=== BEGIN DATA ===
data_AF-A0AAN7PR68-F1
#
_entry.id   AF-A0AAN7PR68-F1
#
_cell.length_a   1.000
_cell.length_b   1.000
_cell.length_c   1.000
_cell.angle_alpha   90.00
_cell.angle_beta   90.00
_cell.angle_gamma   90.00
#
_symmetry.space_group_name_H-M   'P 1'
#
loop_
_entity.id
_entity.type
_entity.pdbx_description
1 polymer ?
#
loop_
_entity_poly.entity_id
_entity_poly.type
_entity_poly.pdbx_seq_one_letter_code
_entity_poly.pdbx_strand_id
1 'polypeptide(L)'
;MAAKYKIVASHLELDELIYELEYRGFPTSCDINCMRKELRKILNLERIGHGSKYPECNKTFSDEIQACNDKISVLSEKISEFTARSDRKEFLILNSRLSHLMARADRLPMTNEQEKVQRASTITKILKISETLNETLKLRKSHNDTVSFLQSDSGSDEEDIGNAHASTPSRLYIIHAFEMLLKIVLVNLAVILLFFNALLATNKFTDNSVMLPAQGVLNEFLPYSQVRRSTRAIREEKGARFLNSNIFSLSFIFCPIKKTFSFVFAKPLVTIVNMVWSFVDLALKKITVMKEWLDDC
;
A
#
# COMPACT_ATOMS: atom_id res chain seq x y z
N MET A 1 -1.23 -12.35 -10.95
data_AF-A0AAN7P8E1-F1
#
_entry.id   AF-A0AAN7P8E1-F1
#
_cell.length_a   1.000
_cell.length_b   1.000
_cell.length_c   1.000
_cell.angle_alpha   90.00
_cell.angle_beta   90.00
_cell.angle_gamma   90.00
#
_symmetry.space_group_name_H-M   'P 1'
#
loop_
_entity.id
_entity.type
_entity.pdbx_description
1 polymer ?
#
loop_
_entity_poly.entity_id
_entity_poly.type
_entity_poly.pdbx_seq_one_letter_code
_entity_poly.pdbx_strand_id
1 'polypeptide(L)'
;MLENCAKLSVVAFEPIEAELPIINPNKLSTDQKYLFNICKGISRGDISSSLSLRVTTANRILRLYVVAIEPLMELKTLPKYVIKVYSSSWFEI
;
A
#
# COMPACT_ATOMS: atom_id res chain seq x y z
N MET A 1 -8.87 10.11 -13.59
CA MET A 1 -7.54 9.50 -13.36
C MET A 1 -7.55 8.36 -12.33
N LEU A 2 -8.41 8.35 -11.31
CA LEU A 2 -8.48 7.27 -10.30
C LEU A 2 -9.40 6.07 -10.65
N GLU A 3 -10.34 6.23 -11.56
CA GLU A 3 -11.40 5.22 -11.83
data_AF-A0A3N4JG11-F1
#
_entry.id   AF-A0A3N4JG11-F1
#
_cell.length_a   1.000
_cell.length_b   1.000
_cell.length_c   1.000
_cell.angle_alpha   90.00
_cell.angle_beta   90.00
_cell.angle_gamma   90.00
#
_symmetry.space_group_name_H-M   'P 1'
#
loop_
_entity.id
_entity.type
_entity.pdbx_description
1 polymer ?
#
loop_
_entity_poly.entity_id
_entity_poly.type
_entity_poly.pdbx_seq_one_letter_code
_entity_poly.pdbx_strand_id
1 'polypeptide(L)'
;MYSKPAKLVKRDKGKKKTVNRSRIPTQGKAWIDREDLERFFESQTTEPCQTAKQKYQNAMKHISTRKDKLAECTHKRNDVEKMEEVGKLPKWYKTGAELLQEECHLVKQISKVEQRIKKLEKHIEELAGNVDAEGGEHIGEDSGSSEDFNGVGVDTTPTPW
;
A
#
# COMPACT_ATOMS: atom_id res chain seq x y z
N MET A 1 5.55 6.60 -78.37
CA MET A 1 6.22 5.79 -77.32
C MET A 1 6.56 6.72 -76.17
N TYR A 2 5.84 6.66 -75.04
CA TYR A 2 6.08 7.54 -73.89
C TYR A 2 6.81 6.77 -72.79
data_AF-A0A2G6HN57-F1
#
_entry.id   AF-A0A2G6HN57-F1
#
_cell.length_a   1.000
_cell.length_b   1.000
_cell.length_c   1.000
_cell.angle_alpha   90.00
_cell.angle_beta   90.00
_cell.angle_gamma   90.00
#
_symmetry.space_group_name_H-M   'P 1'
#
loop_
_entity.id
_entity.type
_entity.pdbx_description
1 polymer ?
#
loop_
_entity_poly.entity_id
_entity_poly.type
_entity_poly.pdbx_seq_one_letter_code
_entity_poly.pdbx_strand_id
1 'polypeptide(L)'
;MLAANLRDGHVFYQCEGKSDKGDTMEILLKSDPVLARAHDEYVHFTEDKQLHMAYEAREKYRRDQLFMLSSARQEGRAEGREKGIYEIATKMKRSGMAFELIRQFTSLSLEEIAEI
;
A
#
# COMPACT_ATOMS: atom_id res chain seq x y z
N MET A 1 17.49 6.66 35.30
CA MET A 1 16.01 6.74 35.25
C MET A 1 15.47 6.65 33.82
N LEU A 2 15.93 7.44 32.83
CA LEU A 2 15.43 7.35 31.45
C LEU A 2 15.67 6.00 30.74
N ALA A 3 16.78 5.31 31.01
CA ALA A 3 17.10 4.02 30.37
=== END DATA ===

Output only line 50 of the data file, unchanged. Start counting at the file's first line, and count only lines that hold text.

#